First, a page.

7 Steps to Building a Compost Heap
Don't Let It Go to Waste
Been thinking about composting? It can make or break your garden. Compost is decomposed organic matter that helps soil hold water, controls erosion, protects plants against disease, lures soil-enriching earthworms, and ferries minerals from the subsoil. Here, we break down the seven-step process on how to get started from the "Martha Stewart's Homekeeping Handbook."
Pick Your Placement
Choose a location for your bin that has good drainage and at least partial sunlight. Place the bin 8 to 12 inches away from fences, decks, and buildings to discourage pests.
Pile It On
Line the bottom of the bin with 6 inches of cornstalks, coarse twigs, or chopped brush. Add a few inches of "green" (think fruit and vegetable scraps, flowers, etc.), then twice as much "brown" material (think fallen leaves, paper egg cartons, straw, etc.). Sprinkle with well-rotted farm-animal manure or garden soil. Continue building in layers, poking holes for aeration, and keeping the top slightly concave to catch rain.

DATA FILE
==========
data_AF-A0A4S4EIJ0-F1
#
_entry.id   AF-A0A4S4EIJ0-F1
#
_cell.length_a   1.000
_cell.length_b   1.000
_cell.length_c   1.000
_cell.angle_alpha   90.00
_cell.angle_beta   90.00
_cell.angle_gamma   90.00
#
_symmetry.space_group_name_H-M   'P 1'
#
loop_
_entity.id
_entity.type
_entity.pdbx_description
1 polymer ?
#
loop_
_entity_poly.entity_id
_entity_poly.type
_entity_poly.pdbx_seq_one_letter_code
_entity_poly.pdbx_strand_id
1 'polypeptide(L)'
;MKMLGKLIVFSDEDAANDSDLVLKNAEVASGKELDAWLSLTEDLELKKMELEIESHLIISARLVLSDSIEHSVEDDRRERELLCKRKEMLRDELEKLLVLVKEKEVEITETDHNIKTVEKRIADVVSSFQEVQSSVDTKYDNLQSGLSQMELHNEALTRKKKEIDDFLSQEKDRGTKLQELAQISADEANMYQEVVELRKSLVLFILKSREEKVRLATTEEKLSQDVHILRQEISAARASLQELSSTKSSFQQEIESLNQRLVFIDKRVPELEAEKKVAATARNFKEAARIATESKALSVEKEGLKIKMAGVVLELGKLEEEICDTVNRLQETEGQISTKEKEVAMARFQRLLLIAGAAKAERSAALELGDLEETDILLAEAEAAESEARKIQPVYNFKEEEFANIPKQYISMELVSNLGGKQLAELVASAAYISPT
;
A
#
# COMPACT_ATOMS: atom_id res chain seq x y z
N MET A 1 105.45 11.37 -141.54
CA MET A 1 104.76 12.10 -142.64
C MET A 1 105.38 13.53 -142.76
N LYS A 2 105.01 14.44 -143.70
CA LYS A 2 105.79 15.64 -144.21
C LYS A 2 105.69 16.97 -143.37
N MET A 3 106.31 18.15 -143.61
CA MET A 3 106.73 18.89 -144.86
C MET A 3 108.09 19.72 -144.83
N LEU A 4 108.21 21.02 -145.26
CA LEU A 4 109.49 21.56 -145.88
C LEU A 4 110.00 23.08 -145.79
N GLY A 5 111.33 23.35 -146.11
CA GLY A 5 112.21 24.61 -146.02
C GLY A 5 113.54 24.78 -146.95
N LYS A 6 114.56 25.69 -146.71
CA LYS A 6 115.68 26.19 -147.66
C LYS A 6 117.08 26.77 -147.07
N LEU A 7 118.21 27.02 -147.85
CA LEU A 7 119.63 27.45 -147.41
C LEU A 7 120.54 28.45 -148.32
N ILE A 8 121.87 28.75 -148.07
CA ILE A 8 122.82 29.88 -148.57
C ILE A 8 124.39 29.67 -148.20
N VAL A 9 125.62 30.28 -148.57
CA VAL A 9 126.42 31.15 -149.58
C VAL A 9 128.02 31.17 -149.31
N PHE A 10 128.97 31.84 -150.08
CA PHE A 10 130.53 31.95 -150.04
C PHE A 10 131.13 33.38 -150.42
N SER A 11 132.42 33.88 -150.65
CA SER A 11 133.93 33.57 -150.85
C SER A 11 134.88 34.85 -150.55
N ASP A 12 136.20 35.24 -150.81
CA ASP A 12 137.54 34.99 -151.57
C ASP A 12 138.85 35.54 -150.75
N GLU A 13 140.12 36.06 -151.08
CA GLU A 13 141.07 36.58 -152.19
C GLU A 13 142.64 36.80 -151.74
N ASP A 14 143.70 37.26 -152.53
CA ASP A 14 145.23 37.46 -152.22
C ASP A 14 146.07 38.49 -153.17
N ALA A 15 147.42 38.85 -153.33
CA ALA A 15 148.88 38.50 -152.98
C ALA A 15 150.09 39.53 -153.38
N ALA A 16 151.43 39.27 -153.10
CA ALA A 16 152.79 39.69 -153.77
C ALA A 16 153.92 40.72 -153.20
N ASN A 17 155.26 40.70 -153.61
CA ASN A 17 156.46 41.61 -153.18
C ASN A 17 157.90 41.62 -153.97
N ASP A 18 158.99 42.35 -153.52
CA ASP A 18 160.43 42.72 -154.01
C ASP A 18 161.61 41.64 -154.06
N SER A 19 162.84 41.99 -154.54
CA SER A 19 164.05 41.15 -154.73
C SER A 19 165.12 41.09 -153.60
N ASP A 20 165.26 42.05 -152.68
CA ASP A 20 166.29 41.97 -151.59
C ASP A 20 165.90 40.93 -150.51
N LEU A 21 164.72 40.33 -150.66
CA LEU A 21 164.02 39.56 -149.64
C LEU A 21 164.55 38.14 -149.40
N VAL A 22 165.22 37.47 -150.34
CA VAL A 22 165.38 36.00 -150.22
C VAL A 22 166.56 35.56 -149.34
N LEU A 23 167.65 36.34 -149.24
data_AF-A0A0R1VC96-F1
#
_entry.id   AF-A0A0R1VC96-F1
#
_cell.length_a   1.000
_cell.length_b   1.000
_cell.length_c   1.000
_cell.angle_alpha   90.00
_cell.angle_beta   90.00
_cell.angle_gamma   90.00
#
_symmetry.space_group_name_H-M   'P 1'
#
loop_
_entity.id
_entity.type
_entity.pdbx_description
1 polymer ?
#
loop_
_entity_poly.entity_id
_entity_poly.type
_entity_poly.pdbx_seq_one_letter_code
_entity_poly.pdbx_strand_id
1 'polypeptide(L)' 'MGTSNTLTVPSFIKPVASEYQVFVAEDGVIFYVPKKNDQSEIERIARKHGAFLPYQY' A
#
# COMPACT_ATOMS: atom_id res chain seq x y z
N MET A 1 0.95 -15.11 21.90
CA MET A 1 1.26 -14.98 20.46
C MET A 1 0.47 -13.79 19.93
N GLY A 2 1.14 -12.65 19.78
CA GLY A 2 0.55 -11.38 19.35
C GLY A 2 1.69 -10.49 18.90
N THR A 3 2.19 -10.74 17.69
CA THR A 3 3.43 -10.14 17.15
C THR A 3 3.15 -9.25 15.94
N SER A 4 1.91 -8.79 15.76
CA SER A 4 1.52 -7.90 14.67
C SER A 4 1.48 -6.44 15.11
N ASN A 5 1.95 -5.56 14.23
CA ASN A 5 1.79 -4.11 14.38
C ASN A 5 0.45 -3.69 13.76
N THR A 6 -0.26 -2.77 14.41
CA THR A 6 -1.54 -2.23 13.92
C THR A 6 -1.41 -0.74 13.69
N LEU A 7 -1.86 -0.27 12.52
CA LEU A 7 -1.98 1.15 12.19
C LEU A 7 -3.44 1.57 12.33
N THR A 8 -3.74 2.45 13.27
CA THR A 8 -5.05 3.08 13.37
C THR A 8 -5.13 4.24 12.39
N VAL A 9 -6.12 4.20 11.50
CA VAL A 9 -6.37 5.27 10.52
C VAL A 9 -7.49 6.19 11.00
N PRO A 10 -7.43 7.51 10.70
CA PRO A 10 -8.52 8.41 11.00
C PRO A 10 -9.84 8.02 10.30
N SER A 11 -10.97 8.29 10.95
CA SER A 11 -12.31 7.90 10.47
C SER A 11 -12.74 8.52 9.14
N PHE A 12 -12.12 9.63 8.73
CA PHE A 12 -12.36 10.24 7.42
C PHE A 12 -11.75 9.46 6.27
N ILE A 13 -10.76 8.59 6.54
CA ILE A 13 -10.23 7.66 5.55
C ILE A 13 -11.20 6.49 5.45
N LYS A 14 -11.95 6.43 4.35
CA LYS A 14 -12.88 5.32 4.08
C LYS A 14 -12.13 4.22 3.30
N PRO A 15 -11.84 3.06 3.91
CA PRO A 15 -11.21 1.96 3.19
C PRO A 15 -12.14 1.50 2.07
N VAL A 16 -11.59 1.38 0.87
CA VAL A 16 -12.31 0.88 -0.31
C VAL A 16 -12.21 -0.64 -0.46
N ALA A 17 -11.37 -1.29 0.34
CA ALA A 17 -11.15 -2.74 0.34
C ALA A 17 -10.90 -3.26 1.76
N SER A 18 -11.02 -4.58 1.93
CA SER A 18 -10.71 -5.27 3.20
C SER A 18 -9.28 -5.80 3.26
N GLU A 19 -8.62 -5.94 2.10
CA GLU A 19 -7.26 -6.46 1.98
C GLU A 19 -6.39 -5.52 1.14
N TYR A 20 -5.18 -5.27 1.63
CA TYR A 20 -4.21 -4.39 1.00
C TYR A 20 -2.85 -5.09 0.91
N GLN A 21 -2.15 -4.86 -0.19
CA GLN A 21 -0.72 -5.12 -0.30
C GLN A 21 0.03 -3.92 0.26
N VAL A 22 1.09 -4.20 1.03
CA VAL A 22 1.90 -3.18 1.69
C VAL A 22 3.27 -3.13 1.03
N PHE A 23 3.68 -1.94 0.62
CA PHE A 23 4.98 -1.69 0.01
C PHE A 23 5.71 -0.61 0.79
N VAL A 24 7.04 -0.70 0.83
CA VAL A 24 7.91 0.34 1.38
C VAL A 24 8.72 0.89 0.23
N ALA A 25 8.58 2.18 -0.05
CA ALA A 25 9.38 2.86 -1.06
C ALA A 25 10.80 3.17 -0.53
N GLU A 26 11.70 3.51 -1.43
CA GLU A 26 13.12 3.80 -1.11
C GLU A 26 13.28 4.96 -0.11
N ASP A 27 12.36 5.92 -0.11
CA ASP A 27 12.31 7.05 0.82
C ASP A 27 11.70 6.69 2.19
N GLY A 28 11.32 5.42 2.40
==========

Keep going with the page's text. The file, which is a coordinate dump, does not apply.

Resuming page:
Keep It Green
Always cover exposed food matter with a layer of dried leaves or grass clippings. This will help reduce any odors that may attract pests.
Turn It Over (Again and Again)
As compost "cooks" and reduces, turn the pile with a compost fork every few days, and keep adding more layers.
Watch Your Water
The pile should always be about as moist as a wrung-out sponge. Too much or too little water can slow down or even stop the composting process. Water the pile with a hose or cover with a tarp during heavy rain, as necessary.
A Decomposing Don't
Never compost meats, fish, animal products, oils, bones, fatty foods such as peanut butter, or pet manure. Although they will decompose eventually, they will cause a foul odor and attract pests.
Keep It Growing Across Seasons
You can compost year-round, although during the winter months you will be generating more food waste than yard waste. To maintain a proper carbon/nitrogen balance, you need to find a constant source of carbon to mix with the food waste.